Canberra’s own Nick Kyrgios and his fellow Australian-based tennis players may have a once-in-a-lifetime advantage at the 2021 Australian Open as many of their international counterparts endure strict lockdown restrictions in Melbourne hotels.
According to exercise scientist, University of South Australia’s Professor Kevin Norton, players in isolation will be struggling to maintain their elite physiological and psychological fitness as the 14-day lockdown prevents them from continuing their regular training schedule.
“One of the key tasks of conditioning staff is to periodise players’ training and recovery sessions across the competition season. This is not a simple science and involves a complex balance of overload time and appropriate recovery,” Professor Norton says.
“Severe changes to training schedules and environments will significantly impact on players as they struggle to prevent physiological and biochemical decay.
“Training induces increases in blood volume and circulatory function to help maintain heart efficiency, regulate muscle blood flow and oxygen delivery, as well as help control body temperature. It also provides a reservoir of fluid for potential sweat, which is essential for body cooling during elite competition.
“After a few days of inactivity, most of these cardiovascular adaptations will be lost, exacerbated by the long-haul flights to Australia.
“Confinement may also cause a deterioration in players’ decision-making speed and accuracy, both of which are essential for the fast-paced nature of elite tennis.
“As fitness changes, so too do reaction times, even in short periods; players who are able to more quickly adapt and maintain their level of response post-quarantine are likely to stand out.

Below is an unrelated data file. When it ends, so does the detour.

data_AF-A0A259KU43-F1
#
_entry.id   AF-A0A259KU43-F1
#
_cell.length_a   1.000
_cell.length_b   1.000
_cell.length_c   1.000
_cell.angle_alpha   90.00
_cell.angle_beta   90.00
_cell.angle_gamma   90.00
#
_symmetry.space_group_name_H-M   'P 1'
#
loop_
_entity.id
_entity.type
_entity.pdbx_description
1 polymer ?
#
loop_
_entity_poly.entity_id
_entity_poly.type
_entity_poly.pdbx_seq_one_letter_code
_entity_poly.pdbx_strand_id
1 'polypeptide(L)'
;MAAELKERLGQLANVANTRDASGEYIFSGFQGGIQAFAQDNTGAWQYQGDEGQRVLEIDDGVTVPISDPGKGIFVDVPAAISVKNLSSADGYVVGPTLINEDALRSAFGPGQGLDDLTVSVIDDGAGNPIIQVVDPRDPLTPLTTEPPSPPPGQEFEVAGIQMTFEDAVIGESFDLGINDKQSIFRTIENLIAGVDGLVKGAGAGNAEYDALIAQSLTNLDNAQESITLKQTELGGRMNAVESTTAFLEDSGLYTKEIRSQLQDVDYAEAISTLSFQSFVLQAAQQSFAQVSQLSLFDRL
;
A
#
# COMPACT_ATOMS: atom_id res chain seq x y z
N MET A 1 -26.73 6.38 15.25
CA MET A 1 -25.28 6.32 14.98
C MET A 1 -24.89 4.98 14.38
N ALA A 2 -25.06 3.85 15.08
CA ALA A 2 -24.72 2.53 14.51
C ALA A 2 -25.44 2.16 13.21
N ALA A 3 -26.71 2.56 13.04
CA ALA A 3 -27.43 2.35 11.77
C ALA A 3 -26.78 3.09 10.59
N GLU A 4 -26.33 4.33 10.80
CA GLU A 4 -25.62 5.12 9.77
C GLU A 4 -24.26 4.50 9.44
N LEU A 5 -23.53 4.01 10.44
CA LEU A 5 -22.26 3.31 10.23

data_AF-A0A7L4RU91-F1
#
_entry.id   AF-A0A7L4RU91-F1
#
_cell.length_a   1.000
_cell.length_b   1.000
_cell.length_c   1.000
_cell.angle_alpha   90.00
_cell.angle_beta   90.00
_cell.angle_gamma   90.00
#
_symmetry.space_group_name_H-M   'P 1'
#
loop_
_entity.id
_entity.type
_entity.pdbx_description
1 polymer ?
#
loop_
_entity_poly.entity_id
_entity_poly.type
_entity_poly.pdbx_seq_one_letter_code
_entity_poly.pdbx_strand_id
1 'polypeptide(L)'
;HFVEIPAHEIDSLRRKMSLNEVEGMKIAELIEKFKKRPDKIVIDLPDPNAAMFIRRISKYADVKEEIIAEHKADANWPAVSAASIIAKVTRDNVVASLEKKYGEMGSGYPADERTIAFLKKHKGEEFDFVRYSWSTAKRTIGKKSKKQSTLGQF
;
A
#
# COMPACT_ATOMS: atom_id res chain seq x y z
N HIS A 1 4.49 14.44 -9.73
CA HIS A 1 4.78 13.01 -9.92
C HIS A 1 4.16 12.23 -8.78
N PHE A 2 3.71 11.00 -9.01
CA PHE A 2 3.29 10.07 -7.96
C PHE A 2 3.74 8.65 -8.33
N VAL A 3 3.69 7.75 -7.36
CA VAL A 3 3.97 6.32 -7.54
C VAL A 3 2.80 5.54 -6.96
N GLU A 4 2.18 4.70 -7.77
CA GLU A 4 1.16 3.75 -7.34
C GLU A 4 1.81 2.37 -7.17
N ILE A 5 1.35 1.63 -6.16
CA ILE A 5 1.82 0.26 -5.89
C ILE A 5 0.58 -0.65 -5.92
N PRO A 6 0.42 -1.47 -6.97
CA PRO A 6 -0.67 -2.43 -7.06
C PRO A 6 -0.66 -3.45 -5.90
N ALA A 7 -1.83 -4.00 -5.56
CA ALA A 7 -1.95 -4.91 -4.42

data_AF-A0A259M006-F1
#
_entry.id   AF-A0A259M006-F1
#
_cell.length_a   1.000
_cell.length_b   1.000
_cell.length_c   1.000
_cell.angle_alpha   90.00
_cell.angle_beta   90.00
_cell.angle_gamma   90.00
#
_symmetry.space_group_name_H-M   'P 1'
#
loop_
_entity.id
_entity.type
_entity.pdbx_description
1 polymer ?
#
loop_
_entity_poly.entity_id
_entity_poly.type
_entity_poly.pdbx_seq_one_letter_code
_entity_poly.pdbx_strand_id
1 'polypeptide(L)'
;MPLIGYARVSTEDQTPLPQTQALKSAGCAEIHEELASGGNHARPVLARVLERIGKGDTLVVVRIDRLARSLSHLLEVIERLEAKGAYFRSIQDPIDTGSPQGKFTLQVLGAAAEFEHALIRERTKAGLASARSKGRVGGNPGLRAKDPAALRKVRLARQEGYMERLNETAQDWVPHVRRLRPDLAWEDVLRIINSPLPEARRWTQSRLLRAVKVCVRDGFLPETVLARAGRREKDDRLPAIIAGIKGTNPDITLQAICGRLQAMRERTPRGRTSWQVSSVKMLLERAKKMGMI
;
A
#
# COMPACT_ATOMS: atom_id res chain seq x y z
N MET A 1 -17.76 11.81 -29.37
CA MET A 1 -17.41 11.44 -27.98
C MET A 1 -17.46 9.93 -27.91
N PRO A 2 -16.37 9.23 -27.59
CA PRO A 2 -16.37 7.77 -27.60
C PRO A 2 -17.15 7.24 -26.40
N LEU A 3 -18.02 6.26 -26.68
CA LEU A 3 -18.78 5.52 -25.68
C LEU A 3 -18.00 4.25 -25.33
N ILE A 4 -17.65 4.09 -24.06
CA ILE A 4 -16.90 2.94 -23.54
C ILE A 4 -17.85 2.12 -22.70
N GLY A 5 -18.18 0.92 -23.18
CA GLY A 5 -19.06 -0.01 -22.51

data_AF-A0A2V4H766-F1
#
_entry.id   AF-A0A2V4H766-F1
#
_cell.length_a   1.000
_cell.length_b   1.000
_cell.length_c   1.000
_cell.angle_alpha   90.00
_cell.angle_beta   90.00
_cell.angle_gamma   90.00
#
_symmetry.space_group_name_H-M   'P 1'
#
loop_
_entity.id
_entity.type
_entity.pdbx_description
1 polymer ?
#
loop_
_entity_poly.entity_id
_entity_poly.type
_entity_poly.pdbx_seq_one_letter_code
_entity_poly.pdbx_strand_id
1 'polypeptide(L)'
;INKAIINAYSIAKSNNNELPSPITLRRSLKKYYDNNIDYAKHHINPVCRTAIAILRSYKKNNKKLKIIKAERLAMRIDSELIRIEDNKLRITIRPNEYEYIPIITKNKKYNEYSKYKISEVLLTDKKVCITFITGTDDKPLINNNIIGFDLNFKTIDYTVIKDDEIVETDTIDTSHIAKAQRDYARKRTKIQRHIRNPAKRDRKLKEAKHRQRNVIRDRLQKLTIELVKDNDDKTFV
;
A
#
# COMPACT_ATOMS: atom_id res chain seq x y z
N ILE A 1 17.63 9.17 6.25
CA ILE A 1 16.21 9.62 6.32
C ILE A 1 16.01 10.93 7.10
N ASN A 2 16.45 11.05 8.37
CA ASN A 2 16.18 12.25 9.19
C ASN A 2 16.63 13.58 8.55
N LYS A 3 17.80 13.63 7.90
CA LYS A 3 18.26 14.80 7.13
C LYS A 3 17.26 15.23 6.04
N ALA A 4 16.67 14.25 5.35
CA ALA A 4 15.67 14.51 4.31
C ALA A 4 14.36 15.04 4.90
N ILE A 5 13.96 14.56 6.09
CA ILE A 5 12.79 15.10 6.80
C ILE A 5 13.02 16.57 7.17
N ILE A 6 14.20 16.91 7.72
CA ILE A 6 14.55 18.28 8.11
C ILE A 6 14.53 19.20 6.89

“Perhaps most critical is the fact that players are now in controlled, air-conditioned rooms, 24 hours a day. Exposure to hot environments is essential for players to maintain enhanced capacity to regulate their bodies under very hot court conditions.
“Many players may now be underprepared to adjust to the extreme temperatures commonly seen in Melbourne at the Australian Open, and this could pose very serious health risks.”
Players were initially allowed five hours a day to train, but there are currently 72 players confined to their hotel rooms, unable to engage in their regular training due to being on the same flight into Australia as a positive coronavirus case.
While Novak Djokovic sent a list of demands to Tennis Australia, other players in lockdown are using their imagination to maximise the small space on offer as they attempt to prepare as best as they can.
Yulia Putintseva of Kazakhstan made the most of it by hitting a tennis ball against the wall and also set out some cones for cardio.
Swiss Belinda Bencic had a similar approach as she made a tennis net out of tape on her window to practise her swing.
Prof Norton says that resistance training and the ability to adapt will be critical for players in lockdown.
“As much as possible, players should be undertaking resistance training for all body parts in their rooms,” he says.
“Not only will this help maintain muscle function, but it will lessen the micromuscular damage, inflammation and soreness that is inevitable upon resuming heavy training and competition.
“COVID-19 has presented unprecedented conditions for all of us; how players perform is yet to be seen. But, for those not in quarantine, this scenario could be a once-in-a-lifetime match point.”
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